Customized Entangled Photons

Customized Entangled Photons

Entangled photon pairs are essential for testing the fundamentals of quantum mechanics as well as modern quantum technologies like teleportation and secure communication. Current cutting-edge sources are based on nonlinear processes with limited efficiency and wavelength tunability. This drives the investigation of physical mechanisms for entangled photon generation, with a particular focus on mechanisms that can be observed, preferably at telecommunications wavelengths.

Physicists have successfully entangled more than a dozen photons in a controlled and efficient manner. As a result, they are laying the groundwork for a new type of quantum computer. To carry out computational operations on a quantum computer, a larger number of specially prepared in technical terms: entangled – basic building blocks are required.

A team of physicists from the Max Planck Institute of Quantum Optics in Garching has now demonstrated this task for the first time using photons emitted by a single atom. Using a novel technique, the researchers generated up to 14 entangled photons in an optical resonator, which can be targeted and efficiently prepared into specific quantum physical states. The new method could help to build powerful and robust quantum computers in the future, as well as secure data transmission.

Photons, the particles of light, are particularly well suited for this because they are robust by nature and easy to manipulate. The trick to this experiment was that we used a single atom to emit the photons and interweave them in a very specific way.

Philip Thomas

The phenomena of the quantum world, which often appear bizarre to the average person, have long since found their way into technology. Entanglement, for example, is a quantum-physical connection between particles that connects them in an unusual way over arbitrarily long distances. It can be used, for example, in a quantum computer, which, unlike traditional computers, can perform multiple mathematical operations at the same time. To use a quantum computer profitably, however, a large number of entangled particles must collaborate. Qubits are the fundamental building blocks of computation.

“Photons, the particles of light, are particularly well suited for this because they are robust by nature and easy to manipulate,” says Philip Thomas, a doctoral student at the Max Planck Institute of Quantum Optics (MPQ) in Garching near Munich. Together with colleagues from the Quantum Dynamics Division led by Prof. Gerhard Rempe, he has now succeeded in taking an important step towards making photons usable for technological applications such as quantum computing: For the first time, the team generated up to 14 entangled photons in a defined way and with high efficiency.

Entangled photons tailor-made

One atom as a photon source

“The trick to this experiment was that we used a single atom to emit the photons and interweave them in a very specific way,” says Thomas. To do this, the Max Planck researchers placed a rubidium atom at the center of an optical cavity – a kind of echo chamber for electromagnetic waves. With laser light of a certain frequency, the state of the atom could be precisely addressed. Using an additional control pulse, the researchers also specifically triggered the emission of a photon that is entangled with the quantum state of the atom.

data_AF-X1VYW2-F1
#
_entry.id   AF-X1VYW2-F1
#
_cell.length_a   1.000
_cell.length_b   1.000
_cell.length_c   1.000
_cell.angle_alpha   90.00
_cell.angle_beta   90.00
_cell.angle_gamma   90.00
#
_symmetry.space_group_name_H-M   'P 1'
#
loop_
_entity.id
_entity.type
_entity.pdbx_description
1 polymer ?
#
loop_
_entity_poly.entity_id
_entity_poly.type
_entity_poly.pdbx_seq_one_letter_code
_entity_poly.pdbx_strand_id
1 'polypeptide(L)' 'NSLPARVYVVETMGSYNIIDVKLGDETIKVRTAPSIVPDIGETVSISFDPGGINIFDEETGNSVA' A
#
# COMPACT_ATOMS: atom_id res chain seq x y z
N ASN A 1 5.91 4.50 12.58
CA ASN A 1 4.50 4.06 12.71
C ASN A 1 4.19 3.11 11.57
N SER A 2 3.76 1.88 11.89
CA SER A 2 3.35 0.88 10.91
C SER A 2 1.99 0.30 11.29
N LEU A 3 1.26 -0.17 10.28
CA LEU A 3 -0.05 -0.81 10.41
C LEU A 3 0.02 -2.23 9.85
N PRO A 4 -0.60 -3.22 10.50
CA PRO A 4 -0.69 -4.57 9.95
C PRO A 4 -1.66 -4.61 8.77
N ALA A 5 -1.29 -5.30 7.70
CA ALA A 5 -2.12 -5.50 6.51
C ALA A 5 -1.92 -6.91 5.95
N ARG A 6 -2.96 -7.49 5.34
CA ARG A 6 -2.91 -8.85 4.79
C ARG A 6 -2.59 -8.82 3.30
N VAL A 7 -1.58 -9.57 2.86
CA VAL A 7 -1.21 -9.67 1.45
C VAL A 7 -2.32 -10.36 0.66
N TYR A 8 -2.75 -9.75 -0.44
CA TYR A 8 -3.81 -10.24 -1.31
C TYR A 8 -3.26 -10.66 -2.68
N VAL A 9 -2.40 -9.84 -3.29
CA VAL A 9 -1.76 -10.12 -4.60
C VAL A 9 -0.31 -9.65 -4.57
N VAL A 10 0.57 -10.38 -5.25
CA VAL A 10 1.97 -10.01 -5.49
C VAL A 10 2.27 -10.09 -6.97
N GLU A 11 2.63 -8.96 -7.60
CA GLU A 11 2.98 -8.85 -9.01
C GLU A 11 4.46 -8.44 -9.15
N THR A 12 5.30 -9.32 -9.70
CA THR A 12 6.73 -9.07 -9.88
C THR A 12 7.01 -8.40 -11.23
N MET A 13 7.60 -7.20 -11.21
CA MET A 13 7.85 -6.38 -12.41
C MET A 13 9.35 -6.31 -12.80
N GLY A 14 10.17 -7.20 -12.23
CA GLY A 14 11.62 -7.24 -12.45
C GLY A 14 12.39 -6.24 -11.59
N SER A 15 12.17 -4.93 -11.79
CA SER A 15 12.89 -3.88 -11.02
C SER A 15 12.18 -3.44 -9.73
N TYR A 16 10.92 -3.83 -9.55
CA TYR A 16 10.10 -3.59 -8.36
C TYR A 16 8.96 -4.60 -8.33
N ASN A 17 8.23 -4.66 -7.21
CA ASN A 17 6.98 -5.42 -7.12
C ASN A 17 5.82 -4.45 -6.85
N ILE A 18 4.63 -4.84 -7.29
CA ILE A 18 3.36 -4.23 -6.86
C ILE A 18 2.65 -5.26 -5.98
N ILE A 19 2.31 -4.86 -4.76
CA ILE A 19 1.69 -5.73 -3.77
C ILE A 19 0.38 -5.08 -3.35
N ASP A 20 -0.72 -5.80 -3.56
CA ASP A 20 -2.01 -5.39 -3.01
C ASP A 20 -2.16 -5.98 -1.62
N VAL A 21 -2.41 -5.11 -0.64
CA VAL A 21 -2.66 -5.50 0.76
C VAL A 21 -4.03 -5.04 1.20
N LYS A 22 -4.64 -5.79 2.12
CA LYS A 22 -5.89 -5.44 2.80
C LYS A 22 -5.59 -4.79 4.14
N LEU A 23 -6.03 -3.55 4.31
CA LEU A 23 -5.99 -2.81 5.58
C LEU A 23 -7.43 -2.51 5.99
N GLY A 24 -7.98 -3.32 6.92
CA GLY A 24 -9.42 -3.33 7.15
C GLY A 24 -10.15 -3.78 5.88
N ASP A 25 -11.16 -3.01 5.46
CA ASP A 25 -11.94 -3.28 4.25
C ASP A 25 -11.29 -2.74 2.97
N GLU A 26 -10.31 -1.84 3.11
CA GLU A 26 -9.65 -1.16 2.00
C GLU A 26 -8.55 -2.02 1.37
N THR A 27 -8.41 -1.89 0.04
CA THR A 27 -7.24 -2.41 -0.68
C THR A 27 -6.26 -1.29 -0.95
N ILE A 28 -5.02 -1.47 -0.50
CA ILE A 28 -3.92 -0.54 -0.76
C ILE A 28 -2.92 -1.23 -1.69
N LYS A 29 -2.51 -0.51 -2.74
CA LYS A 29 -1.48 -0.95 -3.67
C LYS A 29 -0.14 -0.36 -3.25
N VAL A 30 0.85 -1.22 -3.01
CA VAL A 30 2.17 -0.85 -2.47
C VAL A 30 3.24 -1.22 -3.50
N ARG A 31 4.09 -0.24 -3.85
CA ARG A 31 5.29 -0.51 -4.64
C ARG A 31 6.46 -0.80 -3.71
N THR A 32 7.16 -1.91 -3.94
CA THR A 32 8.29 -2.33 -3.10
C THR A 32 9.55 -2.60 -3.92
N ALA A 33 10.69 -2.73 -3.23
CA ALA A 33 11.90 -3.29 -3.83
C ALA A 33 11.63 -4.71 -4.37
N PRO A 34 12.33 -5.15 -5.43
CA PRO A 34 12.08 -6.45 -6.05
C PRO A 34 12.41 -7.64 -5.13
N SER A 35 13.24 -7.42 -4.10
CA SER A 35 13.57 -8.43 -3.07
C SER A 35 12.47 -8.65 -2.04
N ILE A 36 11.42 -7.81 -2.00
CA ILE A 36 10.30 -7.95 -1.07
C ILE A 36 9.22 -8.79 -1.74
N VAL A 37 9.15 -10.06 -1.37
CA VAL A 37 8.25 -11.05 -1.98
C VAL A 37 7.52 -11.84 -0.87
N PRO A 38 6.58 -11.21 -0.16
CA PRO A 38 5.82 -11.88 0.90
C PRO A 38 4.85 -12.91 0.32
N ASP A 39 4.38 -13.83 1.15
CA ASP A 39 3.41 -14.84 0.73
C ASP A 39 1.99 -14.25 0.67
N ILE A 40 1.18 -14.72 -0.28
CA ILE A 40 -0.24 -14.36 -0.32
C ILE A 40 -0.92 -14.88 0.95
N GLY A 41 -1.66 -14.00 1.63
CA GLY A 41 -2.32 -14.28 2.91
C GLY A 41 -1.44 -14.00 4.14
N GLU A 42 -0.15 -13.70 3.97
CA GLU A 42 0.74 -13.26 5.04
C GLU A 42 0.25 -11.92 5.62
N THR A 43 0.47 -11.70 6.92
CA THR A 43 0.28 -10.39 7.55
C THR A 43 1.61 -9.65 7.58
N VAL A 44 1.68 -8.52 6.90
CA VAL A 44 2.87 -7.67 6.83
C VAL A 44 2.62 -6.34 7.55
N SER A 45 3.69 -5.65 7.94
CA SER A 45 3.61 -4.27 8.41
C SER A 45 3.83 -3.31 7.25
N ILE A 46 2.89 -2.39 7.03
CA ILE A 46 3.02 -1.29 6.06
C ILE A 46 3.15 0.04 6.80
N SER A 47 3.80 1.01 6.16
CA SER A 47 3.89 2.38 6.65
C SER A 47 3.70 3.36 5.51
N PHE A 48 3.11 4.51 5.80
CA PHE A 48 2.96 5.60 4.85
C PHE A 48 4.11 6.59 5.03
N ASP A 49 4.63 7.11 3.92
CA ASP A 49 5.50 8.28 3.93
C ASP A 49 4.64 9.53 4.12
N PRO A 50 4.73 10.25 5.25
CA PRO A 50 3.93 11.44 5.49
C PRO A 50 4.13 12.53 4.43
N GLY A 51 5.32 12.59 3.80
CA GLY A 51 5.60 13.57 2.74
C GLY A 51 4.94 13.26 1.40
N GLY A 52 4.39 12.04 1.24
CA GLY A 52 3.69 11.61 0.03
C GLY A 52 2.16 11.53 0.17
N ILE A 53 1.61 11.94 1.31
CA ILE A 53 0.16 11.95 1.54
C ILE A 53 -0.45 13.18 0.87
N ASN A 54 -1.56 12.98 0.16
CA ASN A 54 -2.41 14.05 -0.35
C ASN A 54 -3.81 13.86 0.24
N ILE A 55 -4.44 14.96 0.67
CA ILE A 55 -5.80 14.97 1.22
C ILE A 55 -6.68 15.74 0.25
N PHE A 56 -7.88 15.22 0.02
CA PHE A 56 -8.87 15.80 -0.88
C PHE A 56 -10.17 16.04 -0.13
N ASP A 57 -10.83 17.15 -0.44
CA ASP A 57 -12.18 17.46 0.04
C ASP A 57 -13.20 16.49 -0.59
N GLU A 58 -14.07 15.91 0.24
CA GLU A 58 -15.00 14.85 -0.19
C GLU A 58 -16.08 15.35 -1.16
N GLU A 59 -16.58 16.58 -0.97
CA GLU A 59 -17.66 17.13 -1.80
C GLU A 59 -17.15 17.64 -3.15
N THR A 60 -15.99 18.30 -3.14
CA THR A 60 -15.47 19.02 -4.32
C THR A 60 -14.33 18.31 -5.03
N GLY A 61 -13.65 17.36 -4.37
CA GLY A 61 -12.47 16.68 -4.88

“We repeated this process several times and in a previously determined manner,” Thomas reports. In between, the atom was manipulated in a certain way – in technical jargon: rotated. In this way, it was possible to create a chain of up to 14 light particles that were entangled with each other by the atomic rotations and brought into a desired state. “To the best of our knowledge, the 14 interconnected light particles are the largest number of entangled photons that have been generated in the laboratory so far,” Thomas emphasises.

Deterministic generation process

However, it is not just the quantity of entangled photons that represents a significant step forward in the development of powerful quantum computers; the method by which they are generated is also very different from conventional methods. “Because the photon chain emerged from a single atom, it could be produced deterministically,” Thomas explains. This means that, in theory, each control pulse delivers a photon with the desired properties. Until now, photon entanglement was typically observed in non-linear crystals. The flaw is that the light particles are generated at random and in an uncontrollable manner. As a result, the number of particles that can be bundled into a collective state is limited.

The Garching team’s method, on the other hand, allows for the generation of virtually any number of entangled photons. Furthermore, the method is extremely efficient, which is an important factor for potential future technical applications: “We were able to prove an efficiency of nearly 50% by measuring the photon chain produced,” says Philip Thomas. This means that almost every second “push of a button” on the rubidium atom produced a usable light particle, which is far more than previous experiments have achieved. “Overall, our work removes a long-standing impediment on the path to scalable, measurement-based quantum computing,” department Director Gerhard Rempe summarizes the findings.